In the Name of Jesus

I have heard several definitions of what it means to pray “in the name of Jesus.” I have heard even more of what it means to baptize in the name of Jesus.

I want to suggest that we don’t need Greek lexicon or English dictionary definitions to know what “in the name of” means. We don’t need deep historical study to know what “in the name of” means. We all already know exactly what it means if we just stop to think about it.

Say I go to a bank in Dallas to get a loan. I need it to keep my business afloat, and I’m sure my business can pay it off. To the loan officer, my opinion of what my business can afford is meaningless. He wants proof, and collateral in addition, before he will loan me money.

But if I were to walk into that same bank and tell the banker that Mark Cuban, the owner of the Dallas Mavericks, is going to guarantee my loan, suddenly I will need neither collateral nor proof of the credit-worthiness of my business. I will get the loan because I appealed to Mark Cuban’s name and permission.

I would get even more attention if I came in with a corporate resolution from the Dallas Mavericks to arrange a bank loan for the Mavericks themselves as an authorized representative of the business. Then I would truly be asking for a loan “in the name of” the Dallas Mavericks.

If I were the Maverick’s main liaison with the bank, I would soon become known there. “Hi, Paul. What can we do for you today?” With the proper authorizations in place, I could borrow money or move money around “in the name of” the Dallas Mavericks.

We see an example of that in Scripture. The seven sons of Sceva tried to cast out a demon, not only in Jesus’ name, but also in the apostle Paul’s name (Acts 19:14-17). The demon’s answer is telling:

“Jesus I know, and Paul I know, but who are you?” (v. 15)

The demons not only knew Jesus, who could cast out demons on his own authority, but they knew Paul as well. He had been plundering their kingdom as one of Jesus’ representatives on earth long enough that his name was known like Jesus’ was.


When an officer or representative of a corporation makes a loan or withdrawal from the bank, he needs certification in place authorizing him (or her) to act on behalf of the corporation.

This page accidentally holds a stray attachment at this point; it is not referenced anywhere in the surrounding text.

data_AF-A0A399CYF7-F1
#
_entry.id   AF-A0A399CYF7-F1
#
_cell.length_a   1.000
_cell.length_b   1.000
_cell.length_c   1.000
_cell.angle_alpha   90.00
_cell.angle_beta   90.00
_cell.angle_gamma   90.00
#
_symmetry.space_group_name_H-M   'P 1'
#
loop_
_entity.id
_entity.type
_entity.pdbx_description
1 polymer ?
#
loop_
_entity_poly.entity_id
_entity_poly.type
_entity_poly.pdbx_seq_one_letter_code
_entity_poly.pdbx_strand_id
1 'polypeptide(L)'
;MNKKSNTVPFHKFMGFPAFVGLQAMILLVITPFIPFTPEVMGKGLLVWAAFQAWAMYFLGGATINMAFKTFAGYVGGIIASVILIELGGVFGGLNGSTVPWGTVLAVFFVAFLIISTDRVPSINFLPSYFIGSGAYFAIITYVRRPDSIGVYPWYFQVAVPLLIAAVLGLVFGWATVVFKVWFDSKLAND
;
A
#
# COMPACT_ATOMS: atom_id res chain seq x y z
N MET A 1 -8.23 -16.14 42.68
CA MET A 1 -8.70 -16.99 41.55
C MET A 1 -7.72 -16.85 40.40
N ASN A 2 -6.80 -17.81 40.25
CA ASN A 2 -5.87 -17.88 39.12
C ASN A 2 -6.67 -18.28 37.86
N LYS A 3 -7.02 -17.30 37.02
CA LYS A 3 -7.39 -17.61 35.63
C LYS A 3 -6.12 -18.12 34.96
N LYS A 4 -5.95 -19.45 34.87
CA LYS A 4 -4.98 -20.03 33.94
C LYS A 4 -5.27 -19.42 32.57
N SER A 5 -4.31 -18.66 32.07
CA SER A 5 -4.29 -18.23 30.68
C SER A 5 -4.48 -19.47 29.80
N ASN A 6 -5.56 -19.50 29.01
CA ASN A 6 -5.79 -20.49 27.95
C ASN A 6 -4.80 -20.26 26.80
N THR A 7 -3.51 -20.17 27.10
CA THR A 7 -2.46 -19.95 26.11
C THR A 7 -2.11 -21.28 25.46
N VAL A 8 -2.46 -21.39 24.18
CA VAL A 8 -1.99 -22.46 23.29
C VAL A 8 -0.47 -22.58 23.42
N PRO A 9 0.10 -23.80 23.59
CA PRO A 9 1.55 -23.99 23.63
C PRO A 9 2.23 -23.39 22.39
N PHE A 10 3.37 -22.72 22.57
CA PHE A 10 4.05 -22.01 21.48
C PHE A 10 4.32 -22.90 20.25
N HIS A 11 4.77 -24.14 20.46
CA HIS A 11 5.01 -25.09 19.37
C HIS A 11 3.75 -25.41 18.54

Obviously, as the sons of Sceva found out, there is also certification needed to act on behalf of the greatest kingdom on earth, the kingdom from heaven, ruled by King Jesus, Lord of everything.

That certification is the Holy Spirit.

When the unclean spirit is gone out of a man, he walks through dry places, seeking rest, and finds none. Then he says, “I will return to the house from which I came out.” And when he arrives, he finds it empty, swept out, and decorated. Then he goes, and he gets seven other spirits more wicked than himself, and they enter and live there. (Matt. 12:43-45)

We must not have empty houses. Our body should be filled with the Holy Spirit.

Paul, who was very successful acting “in the name of” Jesus, twice tells us how we can qualify ourselves as representatives of his kingdom and of his household:

If anyone does not have the Spirit of the King, he does not belong to him. (Rom. 8:9)

As many as are led by the Spirit of God are the children of God. (Rom. 8:14)

Further Qualifications

Jesus, through his apostles, gave us some other qualifications if we are going to act in his name.

  • We must remain in him, and his words must remain in us. (Jn. 15:7)
  • We must ask according to his will. (1 Jn. 5:14)
  • We must ask in faith, without doubting. (Mark 11:23-24; Jam. 1:6-7)
  • We must not be trying to fulfill our lusts. (Jam. 4:3)

What Authority Have We Been Given?

As obvious examples, we have not been given the authority to kill in Jesus’ name, to steal in Jesus’ name, nor to envy, slander, or insult in Jesus’ name. We have not been given the authority to undo creation in Jesus’ name.

Those are all obvious limits, but what other limits has God set on our authority to act on his behalf, using the name of Jesus? More importantly, what specifically has he given us the authority to do in his name?

That question has many answers because anything Jesus has commanded us to do, he has, as an inherent consequence, authorized us to do.

Some specific things that may matter to us are:

  • Ask for and receive the Holy Spirit! (Luke 11:13).
  • “Until now you have asked nothing in my name. Ask and receive so that your joy may be full” (Jn. 16:24).
  • Cast out demons (Mark 16:17).
  • Requests peace for our anxieties (Php. 4:6-7).
  • Cast all our cares on God (1 Pet. 5:7).
  • Have all our needs met (Php. 4:19).
  • Suffer with him! (Php. 1:29; cf. Php. 3:10; Acts 14:21; Jam. 1:2-5).

It would be good to know your King’s commands so that you can ask of God in the name of the King and according to his will.

A Practical Thought

Personally, I am thinking about driving this teaching home to myself by changing the way I ask God for things in Jesus’ name. I think from now on, at least for a while, I’m going to pray, “Father, I ask this because Jesus told me to.”

If a friend wanted to borrow something from my house while I wasn’t home, he would tell my kids, “Your dad told me I could borrow this.” He wouldn’t say, “I need to pick up the lawnmower in your dad’s name.”

Just a thought.

About paulfpavao

I am a church historian and pastor, but I do occasionally play APBA baseball for fun.
This entry was posted in prayer and tagged , , , . Bookmark the permalink.